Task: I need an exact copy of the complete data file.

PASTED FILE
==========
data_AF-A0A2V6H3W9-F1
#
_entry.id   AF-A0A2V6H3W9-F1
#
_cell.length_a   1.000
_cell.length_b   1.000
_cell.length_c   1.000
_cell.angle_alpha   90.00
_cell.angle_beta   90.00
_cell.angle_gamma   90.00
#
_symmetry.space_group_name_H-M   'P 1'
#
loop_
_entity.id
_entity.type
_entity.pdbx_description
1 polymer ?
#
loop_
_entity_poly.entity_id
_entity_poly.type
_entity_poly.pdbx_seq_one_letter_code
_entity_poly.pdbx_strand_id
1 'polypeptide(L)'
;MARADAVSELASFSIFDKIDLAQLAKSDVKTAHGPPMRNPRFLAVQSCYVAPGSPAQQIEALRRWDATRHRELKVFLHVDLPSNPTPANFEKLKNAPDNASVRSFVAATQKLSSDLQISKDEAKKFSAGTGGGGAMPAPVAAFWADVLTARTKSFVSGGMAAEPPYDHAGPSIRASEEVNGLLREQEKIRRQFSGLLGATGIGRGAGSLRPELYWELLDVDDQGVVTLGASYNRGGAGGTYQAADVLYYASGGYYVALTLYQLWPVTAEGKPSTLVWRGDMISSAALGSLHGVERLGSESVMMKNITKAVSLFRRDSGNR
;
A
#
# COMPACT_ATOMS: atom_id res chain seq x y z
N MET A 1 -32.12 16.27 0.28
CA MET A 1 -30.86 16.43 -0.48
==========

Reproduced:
data_AF-A0A2V6H3W9-F1
#
_entry.id   AF-A0A2V6H3W9-F1
#
_cell.length_a   1.000
_cell.length_b   1.000
_cell.length_c   1.000
_cell.angle_alpha   90.00
_cell.angle_beta   90.00
_cell.angle_gamma   90.00
#
_symmetry.space_group_name_H-M   'P 1'
#
loop_
_entity.id
_entity.type
_entity.pdbx_description
1 polymer ?
#
loop_
_entity_poly.entity_id
_entity_poly.type
_entity_poly.pdbx_seq_one_letter_code
_entity_poly.pdbx_strand_id
1 'polypeptide(L)'
;MARADAVSELASFSIFDKIDLAQLAKSDVKTAHGPPMRNPRFLAVQSCYVAPGSPAQQIEALRRWDATRHRELKVFLHVDLPSNPTPANFEKLKNAPDNASVRSFVAATQKLSSDLQISKDEAKKFSAGTGGGGAMPAPVAAFWADVLTARTKSFVSGGMAAEPPYDHAGPSIRASEEVNGLLREQEKIRRQFSGLLGATGIGRGAGSLRPELYWELLDVDDQGVVTLGASYNRGGAGGTYQAADVLYYASGGYYVALTLYQLWPVTAEGKPSTLVWRGDMISSAALGSLHGVERLGSESVMMKNITKAVSLFRRDSGNR
;
A
#
# COMPACT_ATOMS: atom_id res chain seq x y z
N MET A 1 -32.12 16.27 0.28
CA MET A 1 -30.86 16.43 -0.48